criterion for thinking and acting in personal, family,
and social life. In a widely de-Christianized culture, the
criteria employed by believers themselves in making
judgments and decisions often appear extraneous or
even contrary to those of the Gospel. (Veritatis
Splendor, §88)
Pope John Paul II‘s communications in Veritatis
Splendor offered a glimpse of his communication
model regarding media effects. I expressed this model
as follows:
Contemporary media media agents secularization
in the world
For Pope John Paul II, contemporary media could be
neutral channels of communication, but some media
agents such as producers, media organizations,
journalists, political systems and other stakeholders
could disseminate content of messages through various
media to influence their intended audiences. Pope John
Paul II noted that secularization was an actual topic that
media agents referred to whenever they presented their
messages to their audiences. This situation prompted
Pope John Paul II‘s reflections on the impact of media
on evangelization.
Zagacki (2001) observed that one of the commitments
of John Paul II in the field of social communications
boiled down to finding an adequate and effective means
to overcome the acceleration of secularization through
Int. j. sci. footpr. Anyidoho, P. (2016)
the media
6
. According to Melady (1999), Pope John
Paul II used modern media with unprecedented
amplitude to overcome effects of secularization:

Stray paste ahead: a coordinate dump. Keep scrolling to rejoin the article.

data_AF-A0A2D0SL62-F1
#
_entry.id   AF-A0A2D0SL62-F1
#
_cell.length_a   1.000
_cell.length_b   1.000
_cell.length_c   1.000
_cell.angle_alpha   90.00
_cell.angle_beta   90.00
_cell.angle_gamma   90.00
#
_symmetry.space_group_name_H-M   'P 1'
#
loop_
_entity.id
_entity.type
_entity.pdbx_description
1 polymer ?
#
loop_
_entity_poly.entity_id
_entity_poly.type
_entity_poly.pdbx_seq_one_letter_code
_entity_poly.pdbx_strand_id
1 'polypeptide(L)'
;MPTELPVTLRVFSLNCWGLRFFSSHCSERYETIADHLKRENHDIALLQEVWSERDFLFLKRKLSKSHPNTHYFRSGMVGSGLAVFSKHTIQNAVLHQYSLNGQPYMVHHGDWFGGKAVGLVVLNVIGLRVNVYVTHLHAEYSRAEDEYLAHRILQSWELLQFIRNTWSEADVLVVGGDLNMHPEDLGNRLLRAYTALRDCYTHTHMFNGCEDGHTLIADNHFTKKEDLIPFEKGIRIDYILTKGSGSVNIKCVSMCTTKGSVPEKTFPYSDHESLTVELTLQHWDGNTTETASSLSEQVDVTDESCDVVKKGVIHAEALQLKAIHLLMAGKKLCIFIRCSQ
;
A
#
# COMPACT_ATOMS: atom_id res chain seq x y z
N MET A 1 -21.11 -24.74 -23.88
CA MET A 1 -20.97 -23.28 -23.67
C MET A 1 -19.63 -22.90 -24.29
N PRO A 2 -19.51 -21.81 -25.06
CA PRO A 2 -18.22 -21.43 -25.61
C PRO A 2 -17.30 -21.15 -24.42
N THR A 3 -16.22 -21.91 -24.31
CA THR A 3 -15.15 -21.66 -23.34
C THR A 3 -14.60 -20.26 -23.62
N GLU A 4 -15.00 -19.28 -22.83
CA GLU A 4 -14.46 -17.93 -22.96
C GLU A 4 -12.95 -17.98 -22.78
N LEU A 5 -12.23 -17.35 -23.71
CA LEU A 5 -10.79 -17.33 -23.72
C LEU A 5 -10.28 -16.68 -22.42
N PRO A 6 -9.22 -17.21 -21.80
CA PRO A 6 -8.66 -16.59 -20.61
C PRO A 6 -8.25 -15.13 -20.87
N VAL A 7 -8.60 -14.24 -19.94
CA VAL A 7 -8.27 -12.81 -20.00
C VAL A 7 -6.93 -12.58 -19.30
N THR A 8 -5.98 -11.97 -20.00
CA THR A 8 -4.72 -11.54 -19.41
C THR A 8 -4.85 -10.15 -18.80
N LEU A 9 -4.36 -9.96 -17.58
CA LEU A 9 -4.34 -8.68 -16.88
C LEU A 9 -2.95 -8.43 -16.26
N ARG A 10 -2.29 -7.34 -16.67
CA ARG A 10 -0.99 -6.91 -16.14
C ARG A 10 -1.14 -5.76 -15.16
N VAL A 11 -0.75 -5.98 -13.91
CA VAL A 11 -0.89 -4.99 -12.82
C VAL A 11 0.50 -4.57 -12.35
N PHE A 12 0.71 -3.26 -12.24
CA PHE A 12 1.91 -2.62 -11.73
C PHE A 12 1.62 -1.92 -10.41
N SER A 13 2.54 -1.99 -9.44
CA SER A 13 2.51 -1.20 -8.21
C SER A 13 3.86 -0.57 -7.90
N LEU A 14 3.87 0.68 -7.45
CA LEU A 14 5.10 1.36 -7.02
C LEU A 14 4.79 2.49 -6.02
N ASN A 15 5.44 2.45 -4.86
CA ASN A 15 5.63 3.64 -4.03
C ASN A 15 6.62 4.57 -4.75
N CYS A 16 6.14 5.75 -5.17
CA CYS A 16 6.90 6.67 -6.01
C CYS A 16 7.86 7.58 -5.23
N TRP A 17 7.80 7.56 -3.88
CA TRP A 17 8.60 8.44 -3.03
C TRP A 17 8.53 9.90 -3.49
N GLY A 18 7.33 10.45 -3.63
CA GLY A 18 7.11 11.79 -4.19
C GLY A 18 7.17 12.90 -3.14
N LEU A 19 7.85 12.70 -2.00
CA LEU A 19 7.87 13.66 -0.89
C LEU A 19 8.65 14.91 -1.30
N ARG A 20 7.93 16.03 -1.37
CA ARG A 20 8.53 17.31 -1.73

Because he has travelled more frequently and
extensively than any other modern pope, John Paul II’s
overseas visits, their technique, forms and practices are
a style of communicating that the pope has stamped on
his papacy [...] designed to meet the crisis posed by
increased secularization. (Melady, 1999: 11)
Melady (1999) also noted that secularization made it
difficult for the Catholic Church to promote its
teachings in the public sphere
7
. Melady stated that the
pastoral visits of Pope John Paul II represented a new
horizon in social communications aimed to fill the
chasm created by secularization in the public sphere.
Pope John Paul II‘s views about modern media‘s
accelerating effects on secularization vis-a-vis the
Catholic evangelization validated the two-step flow
model of communication elaborated by Lazarsfeld
(1947), Katz and Lazarsfeld (1955), and Katz (1957).
My analysis of selected texts of Pope John Paul II
revealed that he was convinced that just as some
professionals and journalists fed the content of modern
media with lifestyle options and information, the
Church could create content for modern media to reach
out to its audiences. Thus, Pope John Paul II‘s ideas
6
According to Formicola (2005), themes at the heart of John Paul
II‘s reflections and speeches included freedom of religion, respect for
human dignity, and political justice. Formicola described how John
Paul II spoke about these topics through the media.
7
See Marchessault, G. Médias et foi chrétienne. Deux univers à
concilier. Québec: Les Éditions Fides, 2002; Médiathec. Les médias.